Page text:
Thoughts on home

Home.  A relative term.  Think about it.

We all know those who have spent their entire lives in the
same one, sometimes generation after generation.  And I’ve seen it brings no more stability and inner peace as those who move around because of work, family, environmental needs, excitement for change, a desire to learn and grow, or some need to get away.

A home forever, or for now. Each have their benefits and draw backs.  Yet each is only as strong and stable and beautiful as we make it.  And that’s it, isn’t it?  Home is what we make it to be.  Where ever we are.  That strength, that stability, that beauty…
it’s not found around us.  It’s in us.  Or not.

We may cling to its walls to find our own strength, or for
fear we will be lost without, unable to define who we are.  The walls do not define you, but may confine you.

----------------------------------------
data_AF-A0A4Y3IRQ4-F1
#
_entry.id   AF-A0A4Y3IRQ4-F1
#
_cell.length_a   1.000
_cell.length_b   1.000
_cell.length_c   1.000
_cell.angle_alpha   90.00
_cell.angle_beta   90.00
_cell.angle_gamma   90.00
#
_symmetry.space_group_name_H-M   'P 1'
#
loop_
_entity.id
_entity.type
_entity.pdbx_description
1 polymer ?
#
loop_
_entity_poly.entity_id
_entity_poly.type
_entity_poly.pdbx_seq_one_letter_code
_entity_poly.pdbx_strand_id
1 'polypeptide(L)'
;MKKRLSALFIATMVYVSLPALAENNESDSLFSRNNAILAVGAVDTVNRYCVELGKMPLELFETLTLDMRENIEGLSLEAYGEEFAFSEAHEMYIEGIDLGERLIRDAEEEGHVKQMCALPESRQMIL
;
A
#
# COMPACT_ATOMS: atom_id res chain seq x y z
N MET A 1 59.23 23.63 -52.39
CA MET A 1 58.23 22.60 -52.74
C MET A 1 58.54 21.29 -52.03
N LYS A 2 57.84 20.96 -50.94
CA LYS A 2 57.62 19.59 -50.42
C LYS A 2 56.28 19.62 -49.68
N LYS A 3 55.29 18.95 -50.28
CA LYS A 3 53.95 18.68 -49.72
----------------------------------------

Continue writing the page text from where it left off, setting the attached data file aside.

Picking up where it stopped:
Have we forgotten that we built those walls?  Therefore, ultimately, the strength once again isn’t in the logs or boards or plaster or stone, but in the hands and minds and dreams that built them.

I’m finally getting what I’ve been told for years. At least today.  Tomorrow may be something different.

3 thoughts on “Thoughts on home

  1. Here’s an interesting thought… tomatoes *gain* stablility by being uprooted and transplanted. As long as it is not done too frequently, the transplanting stimulates the plant to grow stronger roots, and more of them. In the process of relocating, it spreads those new roots and flourishes – growing strong, flowering and fruiting…

    Sending you wishes for a sucessful transplanting – may it encourage root growth, bringing you peace and a sense of connection!

  2. Some people thrive through moving, others do better gathering moss. Each is different. The unconscious is a collection of unseen memories and influences stretching back many generations. Part is cultural, part more personal. Native people are attached to ancestral land. Other people seem acclimatised to movement. In the end only you know whom you are, and then only partly, unclearly, fleetingly. This is a journey to more fully find yourself. Then, knowing oneself better, it will be easier to define “home” and discover that very personal place.

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